As we’ve talked about before, the new build conveyancing process has some additions that make it slightly more complex and time consuming. While this should by no means a deal breaker for buyers, it’s important to be aware of. Similarly, property buyers should take care to ensure they don’t unexpectedly purchase a new build property.
Reading this blog will guarantee you avoid this scenario as it establishes how to classify new build homes.
Definition of a new build
The term ‘new build’ has a legal definition that applies to a range of buildings and structures. This is “the development and construction of a new generating or storage facility that is not an upgrade or redevelopment of an existing generating or storage facility”. While this might apply to commercial properties, the definition of a new build in residential conveyancing is different.
New build properties in conveyancing
While the name implies that all new build homes must undergo construction as part of their conveyancing process, this is not always the case. Properties purchased before developers have finishing with building are known as ‘off-plan’. Otherwise, new builds are defined as either:
- Homes that have not been lived-in since their construction, which took place within the past two years.
- Properties that have undergone substantial redevelopment to where only a small amount of the original structure remains.
These definitions are widely recognised among conveyancers. For example, our new build advice for residential conveyancing Gateshead and the surrounding area will identify properties in this way. Crucially, a property will lose its new build status once the buyer moves in, thereby affecting the value when the time comes that they want to sell.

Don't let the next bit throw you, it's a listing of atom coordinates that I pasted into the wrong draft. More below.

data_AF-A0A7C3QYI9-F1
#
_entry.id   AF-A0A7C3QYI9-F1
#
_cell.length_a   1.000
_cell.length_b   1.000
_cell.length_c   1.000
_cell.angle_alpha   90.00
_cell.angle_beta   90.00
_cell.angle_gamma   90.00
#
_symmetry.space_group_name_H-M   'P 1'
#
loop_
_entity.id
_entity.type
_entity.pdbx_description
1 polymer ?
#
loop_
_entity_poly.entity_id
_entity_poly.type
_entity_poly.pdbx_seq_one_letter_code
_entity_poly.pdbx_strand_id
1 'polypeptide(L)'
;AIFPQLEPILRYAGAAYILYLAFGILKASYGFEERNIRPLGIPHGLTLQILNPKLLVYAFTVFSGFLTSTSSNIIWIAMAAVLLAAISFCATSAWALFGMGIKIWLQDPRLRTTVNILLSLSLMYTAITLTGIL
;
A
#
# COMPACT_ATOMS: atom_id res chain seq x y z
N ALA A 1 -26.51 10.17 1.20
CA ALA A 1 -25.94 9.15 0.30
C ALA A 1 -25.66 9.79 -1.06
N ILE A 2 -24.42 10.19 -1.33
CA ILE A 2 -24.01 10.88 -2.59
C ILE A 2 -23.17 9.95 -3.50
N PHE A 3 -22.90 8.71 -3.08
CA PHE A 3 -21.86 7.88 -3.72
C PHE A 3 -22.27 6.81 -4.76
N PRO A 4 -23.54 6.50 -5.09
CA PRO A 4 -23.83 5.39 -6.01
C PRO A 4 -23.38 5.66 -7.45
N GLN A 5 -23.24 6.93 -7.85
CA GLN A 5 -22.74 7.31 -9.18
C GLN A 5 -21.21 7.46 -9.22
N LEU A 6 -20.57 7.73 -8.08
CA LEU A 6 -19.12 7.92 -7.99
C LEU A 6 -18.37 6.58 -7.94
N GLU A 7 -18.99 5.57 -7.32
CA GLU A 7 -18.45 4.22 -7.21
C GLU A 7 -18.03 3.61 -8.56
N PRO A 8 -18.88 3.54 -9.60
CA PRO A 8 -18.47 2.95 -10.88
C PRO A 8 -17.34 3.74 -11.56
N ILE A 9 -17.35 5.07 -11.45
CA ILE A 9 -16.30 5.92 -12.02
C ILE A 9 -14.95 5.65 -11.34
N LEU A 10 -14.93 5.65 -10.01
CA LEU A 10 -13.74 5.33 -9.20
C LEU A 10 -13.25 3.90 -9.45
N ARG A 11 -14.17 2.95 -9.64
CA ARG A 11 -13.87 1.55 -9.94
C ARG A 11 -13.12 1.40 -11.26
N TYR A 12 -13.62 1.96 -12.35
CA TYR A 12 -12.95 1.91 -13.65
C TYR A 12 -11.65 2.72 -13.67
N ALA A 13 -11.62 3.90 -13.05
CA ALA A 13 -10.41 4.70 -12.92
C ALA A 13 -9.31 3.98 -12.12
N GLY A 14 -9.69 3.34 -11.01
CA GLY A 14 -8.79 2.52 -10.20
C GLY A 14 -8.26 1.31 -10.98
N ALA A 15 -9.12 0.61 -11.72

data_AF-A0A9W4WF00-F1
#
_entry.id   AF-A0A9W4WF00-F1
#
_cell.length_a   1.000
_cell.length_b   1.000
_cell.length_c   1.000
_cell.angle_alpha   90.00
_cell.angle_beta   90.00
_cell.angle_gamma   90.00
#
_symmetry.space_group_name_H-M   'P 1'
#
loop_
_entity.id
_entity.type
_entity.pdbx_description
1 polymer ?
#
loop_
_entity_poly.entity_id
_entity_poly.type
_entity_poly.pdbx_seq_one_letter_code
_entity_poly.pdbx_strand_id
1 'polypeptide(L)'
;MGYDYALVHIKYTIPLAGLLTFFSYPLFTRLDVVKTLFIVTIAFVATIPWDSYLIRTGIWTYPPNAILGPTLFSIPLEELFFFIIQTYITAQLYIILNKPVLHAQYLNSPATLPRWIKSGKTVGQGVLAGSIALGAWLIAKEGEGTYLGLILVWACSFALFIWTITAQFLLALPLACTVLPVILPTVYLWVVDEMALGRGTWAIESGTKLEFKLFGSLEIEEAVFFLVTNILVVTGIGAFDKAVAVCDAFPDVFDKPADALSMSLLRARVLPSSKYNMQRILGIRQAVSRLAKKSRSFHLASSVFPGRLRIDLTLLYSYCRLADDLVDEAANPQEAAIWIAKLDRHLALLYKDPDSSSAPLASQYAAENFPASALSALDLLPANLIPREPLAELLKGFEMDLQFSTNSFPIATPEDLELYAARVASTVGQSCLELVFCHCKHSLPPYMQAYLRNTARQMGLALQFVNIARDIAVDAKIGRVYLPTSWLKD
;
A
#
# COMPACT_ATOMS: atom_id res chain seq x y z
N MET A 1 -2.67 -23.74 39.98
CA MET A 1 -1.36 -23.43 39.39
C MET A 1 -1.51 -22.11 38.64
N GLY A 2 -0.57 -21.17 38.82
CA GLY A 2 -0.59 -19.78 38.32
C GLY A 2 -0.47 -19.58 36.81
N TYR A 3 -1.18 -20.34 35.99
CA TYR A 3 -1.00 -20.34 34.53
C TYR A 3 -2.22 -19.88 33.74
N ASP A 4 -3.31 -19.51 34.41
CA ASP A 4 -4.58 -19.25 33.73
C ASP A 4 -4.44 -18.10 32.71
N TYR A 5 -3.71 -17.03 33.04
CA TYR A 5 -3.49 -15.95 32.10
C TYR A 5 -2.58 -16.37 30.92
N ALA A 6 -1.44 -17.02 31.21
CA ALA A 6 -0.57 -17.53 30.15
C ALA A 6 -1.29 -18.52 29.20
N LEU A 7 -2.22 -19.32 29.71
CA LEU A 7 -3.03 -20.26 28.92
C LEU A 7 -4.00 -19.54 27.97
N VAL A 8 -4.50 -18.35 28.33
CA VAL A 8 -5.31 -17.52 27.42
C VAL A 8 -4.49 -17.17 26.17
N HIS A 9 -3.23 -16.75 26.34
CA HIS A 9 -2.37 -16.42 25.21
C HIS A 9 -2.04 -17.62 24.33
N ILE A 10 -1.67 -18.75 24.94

However, new build classifications can differ based on different mortgage lenders. Where Nationwide, NatWest and HSBC follow the two-year timeframe for new builds, Santander sets this limit at one year from the final day of construction. On the other hand, Barclays judges the age of new build properties as being less than two years from the date of registration, rather than construction.
Lenders may also consider when a house is classed as a new build based on the building’s occupancy. For example, some will give the new build classification to recently built properties that have only been lived-in by rental tenants. Lesser-known lenders may have their own unique rules around new build houses, so it’s worth checking before confirming any loans.
Expert new build conveyancing Consett
Toomey Legal provides a wide range of conveyancing services to enable clients to make new build purchases. Contact us for fixed fee quick conveyancing Cramlington, Newcastle upon Tyne, and Whitley Bay, among other areas in the North East. Our professional residential and commercial conveyancers act fast to ensure your plans can go ahead as you envisioned. To this end, we also provide practical advice and solutions that aren’t hidden behind legal jargon.